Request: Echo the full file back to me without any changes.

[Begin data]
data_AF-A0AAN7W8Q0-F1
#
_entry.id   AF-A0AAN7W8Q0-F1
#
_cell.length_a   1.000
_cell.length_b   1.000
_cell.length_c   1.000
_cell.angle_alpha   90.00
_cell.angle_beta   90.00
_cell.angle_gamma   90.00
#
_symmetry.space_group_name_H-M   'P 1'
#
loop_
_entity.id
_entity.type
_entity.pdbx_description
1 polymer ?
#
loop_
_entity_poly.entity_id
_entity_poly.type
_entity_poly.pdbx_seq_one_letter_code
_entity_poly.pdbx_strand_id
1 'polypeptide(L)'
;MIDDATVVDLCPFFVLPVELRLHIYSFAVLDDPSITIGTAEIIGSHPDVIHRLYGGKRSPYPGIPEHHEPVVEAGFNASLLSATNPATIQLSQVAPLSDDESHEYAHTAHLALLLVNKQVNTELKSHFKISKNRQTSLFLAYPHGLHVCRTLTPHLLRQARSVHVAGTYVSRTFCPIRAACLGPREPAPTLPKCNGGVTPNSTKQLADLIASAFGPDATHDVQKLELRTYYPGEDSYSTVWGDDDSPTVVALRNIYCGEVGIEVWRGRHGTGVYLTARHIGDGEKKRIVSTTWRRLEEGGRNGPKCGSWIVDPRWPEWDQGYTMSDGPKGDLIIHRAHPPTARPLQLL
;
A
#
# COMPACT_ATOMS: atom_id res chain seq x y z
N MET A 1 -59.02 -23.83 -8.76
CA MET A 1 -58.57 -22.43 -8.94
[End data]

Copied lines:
data_AF-A0AAN7W8Q0-F1
#
_entry.id   AF-A0AAN7W8Q0-F1
#
_cell.length_a   1.000
_cell.length_b   1.000
_cell.length_c   1.000
_cell.angle_alpha   90.00
_cell.angle_beta   90.00
_cell.angle_gamma   90.00
#
_symmetry.space_group_name_H-M   'P 1'
#
loop_
_entity.id
_entity.type
_entity.pdbx_description
1 polymer ?
#
loop_
_entity_poly.entity_id
_entity_poly.type
_entity_poly.pdbx_seq_one_letter_code
_entity_poly.pdbx_strand_id
1 'polypeptide(L)'
;MIDDATVVDLCPFFVLPVELRLHIYSFAVLDDPSITIGTAEIIGSHPDVIHRLYGGKRSPYPGIPEHHEPVVEAGFNASLLSATNPATIQLSQVAPLSDDESHEYAHTAHLALLLVNKQVNTELKSHFKISKNRQTSLFLAYPHGLHVCRTLTPHLLRQARSVHVAGTYVSRTFCPIRAACLGPREPAPTLPKCNGGVTPNSTKQLADLIASAFGPDATHDVQKLELRTYYPGEDSYSTVWGDDDSPTVVALRNIYCGEVGIEVWRGRHGTGVYLTARHIGDGEKKRIVSTTWRRLEEGGRNGPKCGSWIVDPRWPEWDQGYTMSDGPKGDLIIHRAHPPTARPLQLL
;
A
#
# COMPACT_ATOMS: atom_id res chain seq x y z
N MET A 1 -59.02 -23.83 -8.76
CA MET A 1 -58.57 -22.43 -8.94